Mouse model for the study of the causes and molecular mechanisms that lead to rapid endothelial dysfunction and atherosclerosis.
- There is currently no animal model in which disturbed blood flow can be acutely induced and cause atherosclerosis.
- Allows for studies to understand the links between disturbed flow and atherosclerosis.
- Can be used for genome-wide studies to determine molecular mechanisms underlying flow-dependent regulation of vascular disease.
Atherosclerosis is a condition in which fatty deposits accumulate on artery walls and thicken the artery thus blocking blood flow. Therefore disturbed blood flow and oscillatory shear stress often occurs as a result of atherosclerosis. Dr. Jo has developed a mouse model in which blood flow can be acutely disturbed through partial carotid ligation. This procedure leads to rapid endothelial dysfunction and atherosclerosis in the mouse. Dr. Jo and colleagues have previously used this mouse model to characterize partial carotid ligation as a model of disturbed flow with additional characteristics of low and oscillatory wall shear stress. The model can be used for genome, mechanism, and drug development studies.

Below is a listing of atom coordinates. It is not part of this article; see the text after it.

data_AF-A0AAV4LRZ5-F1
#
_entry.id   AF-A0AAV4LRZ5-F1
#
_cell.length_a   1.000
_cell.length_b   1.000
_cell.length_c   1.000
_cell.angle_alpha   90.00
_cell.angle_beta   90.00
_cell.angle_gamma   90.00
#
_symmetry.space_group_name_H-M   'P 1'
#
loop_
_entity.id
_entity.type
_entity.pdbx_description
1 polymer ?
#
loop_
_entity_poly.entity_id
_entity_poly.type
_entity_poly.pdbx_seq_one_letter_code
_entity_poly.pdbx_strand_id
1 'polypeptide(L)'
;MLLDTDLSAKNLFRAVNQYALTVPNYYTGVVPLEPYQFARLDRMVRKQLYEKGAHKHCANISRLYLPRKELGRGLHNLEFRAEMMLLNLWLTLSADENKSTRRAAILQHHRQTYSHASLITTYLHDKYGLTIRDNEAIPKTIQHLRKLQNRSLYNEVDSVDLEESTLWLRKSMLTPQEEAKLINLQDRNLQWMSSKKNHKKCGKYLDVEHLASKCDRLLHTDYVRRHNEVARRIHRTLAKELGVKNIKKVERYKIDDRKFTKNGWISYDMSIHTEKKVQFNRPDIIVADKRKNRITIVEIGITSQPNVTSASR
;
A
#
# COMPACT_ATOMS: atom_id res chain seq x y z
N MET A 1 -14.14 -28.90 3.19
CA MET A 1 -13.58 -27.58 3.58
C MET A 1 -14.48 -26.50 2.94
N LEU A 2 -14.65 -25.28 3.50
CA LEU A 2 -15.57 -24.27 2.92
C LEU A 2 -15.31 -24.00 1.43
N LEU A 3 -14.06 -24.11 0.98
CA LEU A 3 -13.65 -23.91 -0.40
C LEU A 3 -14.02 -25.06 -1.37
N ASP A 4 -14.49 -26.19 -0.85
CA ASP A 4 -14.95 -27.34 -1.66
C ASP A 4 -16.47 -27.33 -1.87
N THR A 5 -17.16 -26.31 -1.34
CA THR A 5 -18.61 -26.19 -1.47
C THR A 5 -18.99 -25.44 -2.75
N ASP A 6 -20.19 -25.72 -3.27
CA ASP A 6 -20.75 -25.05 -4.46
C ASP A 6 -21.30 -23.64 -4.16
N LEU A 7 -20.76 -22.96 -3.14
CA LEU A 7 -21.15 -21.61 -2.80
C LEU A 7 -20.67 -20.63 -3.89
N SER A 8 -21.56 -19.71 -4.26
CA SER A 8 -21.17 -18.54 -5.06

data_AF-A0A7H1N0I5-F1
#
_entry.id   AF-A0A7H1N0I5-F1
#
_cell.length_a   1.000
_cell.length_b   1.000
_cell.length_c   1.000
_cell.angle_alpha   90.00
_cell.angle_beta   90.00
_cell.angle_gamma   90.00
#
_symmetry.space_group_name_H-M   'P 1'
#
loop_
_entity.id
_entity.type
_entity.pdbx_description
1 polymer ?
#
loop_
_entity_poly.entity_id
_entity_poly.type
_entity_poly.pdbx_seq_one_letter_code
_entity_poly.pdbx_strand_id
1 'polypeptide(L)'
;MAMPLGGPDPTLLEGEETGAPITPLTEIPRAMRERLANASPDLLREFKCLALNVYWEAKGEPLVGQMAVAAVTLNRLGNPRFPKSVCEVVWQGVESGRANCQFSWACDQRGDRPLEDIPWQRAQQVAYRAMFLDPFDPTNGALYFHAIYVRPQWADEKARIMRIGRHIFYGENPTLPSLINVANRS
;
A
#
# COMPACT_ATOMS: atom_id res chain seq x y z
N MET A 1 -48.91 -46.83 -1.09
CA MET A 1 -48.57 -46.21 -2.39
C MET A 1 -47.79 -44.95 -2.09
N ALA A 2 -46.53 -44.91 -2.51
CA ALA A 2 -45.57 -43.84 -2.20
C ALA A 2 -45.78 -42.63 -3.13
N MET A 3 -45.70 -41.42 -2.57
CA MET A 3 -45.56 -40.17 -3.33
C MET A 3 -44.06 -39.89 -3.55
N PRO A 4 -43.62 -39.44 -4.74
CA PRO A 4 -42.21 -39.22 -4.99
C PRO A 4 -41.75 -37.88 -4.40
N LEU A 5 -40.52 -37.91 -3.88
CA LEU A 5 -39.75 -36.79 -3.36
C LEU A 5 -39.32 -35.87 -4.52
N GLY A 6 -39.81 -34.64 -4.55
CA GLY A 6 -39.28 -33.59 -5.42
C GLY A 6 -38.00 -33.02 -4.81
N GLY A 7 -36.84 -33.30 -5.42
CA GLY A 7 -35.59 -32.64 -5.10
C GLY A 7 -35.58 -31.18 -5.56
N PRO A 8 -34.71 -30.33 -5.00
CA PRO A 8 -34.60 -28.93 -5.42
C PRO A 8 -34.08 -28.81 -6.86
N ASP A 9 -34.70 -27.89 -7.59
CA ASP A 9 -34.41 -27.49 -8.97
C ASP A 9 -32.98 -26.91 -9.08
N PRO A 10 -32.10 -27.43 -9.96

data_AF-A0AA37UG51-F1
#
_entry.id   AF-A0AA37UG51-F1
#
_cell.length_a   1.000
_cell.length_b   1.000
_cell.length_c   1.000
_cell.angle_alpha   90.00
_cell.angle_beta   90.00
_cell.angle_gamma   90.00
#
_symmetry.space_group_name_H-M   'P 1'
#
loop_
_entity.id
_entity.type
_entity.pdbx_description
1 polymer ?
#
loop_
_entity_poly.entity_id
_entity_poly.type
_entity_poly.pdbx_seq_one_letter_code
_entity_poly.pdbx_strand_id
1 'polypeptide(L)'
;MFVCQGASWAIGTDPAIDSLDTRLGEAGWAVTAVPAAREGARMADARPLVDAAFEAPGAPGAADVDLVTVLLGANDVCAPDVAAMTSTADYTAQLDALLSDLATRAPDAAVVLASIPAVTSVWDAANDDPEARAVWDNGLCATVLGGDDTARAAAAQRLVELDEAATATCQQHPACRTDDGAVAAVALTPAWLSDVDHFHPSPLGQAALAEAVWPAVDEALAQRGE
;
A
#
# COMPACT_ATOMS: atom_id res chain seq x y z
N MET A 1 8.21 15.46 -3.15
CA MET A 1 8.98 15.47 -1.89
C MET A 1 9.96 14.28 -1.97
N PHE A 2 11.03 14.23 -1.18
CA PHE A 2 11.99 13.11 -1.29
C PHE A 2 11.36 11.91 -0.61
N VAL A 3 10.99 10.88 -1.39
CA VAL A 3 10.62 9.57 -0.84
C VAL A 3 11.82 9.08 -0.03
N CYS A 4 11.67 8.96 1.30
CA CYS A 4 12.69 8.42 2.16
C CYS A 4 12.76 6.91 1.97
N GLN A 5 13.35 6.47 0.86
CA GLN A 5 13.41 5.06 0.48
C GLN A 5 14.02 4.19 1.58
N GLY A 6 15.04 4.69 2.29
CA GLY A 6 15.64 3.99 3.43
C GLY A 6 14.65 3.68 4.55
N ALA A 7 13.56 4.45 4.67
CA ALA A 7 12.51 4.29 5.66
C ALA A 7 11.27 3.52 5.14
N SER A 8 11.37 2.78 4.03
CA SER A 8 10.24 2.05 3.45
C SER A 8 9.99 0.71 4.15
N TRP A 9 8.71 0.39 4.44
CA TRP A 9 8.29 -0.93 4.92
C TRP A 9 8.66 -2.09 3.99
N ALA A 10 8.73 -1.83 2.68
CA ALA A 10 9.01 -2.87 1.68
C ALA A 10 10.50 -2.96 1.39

Publication: Am J Physiol Heart Circ Physiol. 2009 Oct; 297(4):H1535-43